Defense companies happy with IT in their business, survey finds

More than three quarters of aerospace and defense industry company officials say their IT and business strategies are either well or very well aligned, according to a survey by Computer Sciences Corp.

Those same companies expressed a significantly higher overall satisfaction with their IT investments, according to the third annual Aerospace and Defense Industry Survey, done in association with Aerospace Industry Association and Aviation Week and Space Technology magazine.

Leader of the Aerospace and Defense practice for CSC's consulting group Pete Wiese said he was surprised to learn that the overwhelming number of respondents said they are getting the value they expected from their IT spending.

"Last year when we asked 'Do you see a value for your IT investment?' about 70 percent said, 'No, we're not seeing a value,'" Wiese said. "This year is almost a complete flip, about 70 percent did see value."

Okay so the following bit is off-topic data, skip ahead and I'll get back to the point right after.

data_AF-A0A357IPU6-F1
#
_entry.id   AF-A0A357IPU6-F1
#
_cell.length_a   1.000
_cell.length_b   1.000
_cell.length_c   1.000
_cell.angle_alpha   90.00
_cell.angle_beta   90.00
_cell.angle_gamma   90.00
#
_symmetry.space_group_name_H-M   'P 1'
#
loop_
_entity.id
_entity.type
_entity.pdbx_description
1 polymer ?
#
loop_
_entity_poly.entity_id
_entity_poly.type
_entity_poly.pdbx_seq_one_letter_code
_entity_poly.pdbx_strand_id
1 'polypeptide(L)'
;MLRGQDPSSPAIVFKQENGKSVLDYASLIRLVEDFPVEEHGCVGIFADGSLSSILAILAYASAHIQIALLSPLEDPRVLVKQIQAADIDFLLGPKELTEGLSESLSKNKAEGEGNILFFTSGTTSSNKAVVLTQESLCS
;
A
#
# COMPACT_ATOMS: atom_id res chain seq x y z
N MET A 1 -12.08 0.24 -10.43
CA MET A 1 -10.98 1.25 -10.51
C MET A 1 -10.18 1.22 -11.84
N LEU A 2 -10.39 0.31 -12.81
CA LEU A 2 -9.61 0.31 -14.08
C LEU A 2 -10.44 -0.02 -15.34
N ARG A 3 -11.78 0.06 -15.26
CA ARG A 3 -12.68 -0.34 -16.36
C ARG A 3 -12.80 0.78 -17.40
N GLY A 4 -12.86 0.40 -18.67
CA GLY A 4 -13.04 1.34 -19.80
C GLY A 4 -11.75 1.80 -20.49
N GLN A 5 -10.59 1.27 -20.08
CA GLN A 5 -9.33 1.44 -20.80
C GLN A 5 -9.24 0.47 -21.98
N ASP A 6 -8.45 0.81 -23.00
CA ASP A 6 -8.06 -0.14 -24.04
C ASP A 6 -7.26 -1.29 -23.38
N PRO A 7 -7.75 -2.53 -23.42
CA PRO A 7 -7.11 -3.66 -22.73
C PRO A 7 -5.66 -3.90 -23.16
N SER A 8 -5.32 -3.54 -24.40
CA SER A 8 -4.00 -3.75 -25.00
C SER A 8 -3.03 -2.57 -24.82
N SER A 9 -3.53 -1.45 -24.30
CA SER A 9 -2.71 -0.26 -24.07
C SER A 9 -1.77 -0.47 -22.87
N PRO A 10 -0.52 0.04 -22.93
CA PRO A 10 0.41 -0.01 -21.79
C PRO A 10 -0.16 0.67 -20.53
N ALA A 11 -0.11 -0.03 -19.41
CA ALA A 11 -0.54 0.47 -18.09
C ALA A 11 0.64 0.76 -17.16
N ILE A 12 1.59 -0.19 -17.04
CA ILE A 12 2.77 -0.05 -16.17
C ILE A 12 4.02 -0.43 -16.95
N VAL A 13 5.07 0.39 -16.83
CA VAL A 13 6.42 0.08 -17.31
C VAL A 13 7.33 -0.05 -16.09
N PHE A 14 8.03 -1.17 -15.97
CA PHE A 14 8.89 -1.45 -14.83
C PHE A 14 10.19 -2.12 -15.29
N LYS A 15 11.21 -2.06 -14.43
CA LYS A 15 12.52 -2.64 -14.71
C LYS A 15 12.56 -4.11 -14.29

Wiese attributes the turnaround to companies tightening spending and being more mindful of how they spend their IT dollars.

This year's survey focused less on IT issues and more on "the issues that keep CEOs awake at night," Wiese said.

Among those issues is the admitted failure by most companies to devise a plan for adhering to upcoming federal requirements to initiate use of radio frequency identification (RFID). The survey found that companies are aware of the requirement and have at least initiated talks about it.

Companies indicated they do not expect reporting requirements under the Sarbanes-Oxley Act to be burdensome.

"It's quite amazing because there are lots of expenses associated with that," Wiese said. "Companies said the impact is a non-issue, and they believe they have it under control."

Companies are expected to spend $5.8 billion to meet Sarbanes-Oxley Act requirements, according to an AMR Research study released last week. As of Monday, companies must document, control and secure business processes that directly and materially contribute to their reported financial results. AMR estimates 28 percent of the Sarbanes-Oxley spending will be on technology.

About the Author

Doug Beizer is a staff writer for Washington Technology.

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